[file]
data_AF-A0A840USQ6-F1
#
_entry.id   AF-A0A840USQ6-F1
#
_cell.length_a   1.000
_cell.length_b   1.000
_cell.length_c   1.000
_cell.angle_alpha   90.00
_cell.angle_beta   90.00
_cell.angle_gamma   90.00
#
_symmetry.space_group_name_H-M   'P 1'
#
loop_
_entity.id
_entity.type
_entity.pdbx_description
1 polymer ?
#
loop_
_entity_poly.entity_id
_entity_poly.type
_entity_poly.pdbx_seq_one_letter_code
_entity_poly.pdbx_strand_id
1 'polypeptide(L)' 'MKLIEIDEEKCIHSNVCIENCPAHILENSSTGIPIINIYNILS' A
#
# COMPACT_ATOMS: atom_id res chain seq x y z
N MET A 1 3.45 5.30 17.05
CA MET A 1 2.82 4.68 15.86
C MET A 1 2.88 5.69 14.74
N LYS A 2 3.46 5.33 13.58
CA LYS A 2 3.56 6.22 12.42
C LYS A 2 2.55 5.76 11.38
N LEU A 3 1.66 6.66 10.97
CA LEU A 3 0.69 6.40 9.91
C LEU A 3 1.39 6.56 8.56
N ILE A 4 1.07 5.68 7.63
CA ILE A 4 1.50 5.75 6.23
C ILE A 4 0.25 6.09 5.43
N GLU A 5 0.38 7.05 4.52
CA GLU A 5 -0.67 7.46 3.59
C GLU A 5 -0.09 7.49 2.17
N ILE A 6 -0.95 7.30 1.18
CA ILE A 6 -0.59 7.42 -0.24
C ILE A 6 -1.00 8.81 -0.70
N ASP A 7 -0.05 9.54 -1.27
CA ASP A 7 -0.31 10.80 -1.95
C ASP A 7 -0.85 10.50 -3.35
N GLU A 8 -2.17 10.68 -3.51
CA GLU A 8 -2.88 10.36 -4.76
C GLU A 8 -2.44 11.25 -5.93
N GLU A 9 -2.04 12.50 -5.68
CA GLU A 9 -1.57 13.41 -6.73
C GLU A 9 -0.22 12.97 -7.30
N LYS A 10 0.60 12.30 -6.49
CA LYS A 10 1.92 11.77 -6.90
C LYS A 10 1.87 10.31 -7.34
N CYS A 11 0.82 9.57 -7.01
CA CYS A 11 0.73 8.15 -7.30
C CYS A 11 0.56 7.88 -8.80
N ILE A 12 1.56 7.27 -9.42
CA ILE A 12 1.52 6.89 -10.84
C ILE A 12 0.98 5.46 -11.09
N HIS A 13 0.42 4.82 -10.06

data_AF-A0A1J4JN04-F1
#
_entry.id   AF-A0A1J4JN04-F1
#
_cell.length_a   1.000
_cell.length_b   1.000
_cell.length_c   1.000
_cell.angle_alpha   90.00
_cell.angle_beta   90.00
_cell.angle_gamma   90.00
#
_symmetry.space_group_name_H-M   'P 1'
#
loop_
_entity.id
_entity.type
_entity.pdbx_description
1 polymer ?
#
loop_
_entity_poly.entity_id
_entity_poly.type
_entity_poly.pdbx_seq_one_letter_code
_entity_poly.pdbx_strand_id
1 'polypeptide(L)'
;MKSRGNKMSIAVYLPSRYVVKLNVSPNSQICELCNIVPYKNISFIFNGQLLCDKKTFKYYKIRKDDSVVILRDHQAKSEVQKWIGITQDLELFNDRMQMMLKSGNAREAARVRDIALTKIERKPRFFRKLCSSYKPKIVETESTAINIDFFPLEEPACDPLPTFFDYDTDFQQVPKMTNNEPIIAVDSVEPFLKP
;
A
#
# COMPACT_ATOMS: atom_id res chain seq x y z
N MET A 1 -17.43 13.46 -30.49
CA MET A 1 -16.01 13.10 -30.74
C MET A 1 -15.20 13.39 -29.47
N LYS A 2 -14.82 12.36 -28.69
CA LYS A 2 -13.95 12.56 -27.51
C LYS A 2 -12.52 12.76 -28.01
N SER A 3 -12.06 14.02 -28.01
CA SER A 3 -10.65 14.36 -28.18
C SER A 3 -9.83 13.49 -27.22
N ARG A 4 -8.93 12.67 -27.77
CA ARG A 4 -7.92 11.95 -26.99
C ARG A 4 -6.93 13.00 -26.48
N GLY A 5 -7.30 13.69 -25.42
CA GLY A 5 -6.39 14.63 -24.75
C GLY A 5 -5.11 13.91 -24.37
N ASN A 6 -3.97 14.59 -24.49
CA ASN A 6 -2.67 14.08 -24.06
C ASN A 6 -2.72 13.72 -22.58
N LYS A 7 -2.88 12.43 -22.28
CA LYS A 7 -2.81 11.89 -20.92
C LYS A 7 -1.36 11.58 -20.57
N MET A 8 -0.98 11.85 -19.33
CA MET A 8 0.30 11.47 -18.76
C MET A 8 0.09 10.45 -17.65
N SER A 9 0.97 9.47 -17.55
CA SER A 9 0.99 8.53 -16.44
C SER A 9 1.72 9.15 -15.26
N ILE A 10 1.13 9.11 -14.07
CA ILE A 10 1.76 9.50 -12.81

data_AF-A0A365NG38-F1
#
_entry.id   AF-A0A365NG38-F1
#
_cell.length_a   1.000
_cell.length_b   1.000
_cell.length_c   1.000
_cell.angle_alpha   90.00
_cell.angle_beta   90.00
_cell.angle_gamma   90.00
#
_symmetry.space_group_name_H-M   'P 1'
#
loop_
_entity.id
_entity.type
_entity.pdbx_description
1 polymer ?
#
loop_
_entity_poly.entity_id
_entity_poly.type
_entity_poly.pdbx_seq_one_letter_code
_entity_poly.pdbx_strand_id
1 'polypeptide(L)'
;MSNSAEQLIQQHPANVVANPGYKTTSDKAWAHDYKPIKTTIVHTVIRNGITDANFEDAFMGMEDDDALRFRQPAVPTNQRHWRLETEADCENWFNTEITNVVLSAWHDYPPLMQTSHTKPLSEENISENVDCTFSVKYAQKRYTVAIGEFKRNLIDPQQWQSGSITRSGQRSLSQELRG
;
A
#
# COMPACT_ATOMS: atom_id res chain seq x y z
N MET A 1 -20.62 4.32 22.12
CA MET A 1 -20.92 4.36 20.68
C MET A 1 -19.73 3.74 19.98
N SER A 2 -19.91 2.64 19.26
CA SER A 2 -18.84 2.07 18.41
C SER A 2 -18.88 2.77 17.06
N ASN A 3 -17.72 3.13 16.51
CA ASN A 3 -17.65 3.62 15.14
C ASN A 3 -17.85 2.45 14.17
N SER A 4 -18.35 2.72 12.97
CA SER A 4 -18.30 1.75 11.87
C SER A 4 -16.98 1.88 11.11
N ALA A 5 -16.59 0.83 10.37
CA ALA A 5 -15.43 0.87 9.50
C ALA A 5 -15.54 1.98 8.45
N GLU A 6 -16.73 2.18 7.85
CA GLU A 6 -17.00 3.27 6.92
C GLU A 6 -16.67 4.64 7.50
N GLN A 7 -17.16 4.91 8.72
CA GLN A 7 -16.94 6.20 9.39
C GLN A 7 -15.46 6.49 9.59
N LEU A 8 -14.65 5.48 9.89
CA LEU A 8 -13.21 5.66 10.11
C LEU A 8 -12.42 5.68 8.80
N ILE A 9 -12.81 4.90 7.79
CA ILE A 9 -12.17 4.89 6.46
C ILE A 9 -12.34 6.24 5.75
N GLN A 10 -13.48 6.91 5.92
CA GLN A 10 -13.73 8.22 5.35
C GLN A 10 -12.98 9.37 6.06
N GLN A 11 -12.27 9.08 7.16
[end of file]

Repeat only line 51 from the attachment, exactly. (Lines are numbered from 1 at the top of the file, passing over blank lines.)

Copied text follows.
C GLU A 8 -2.44 11.25 -5.93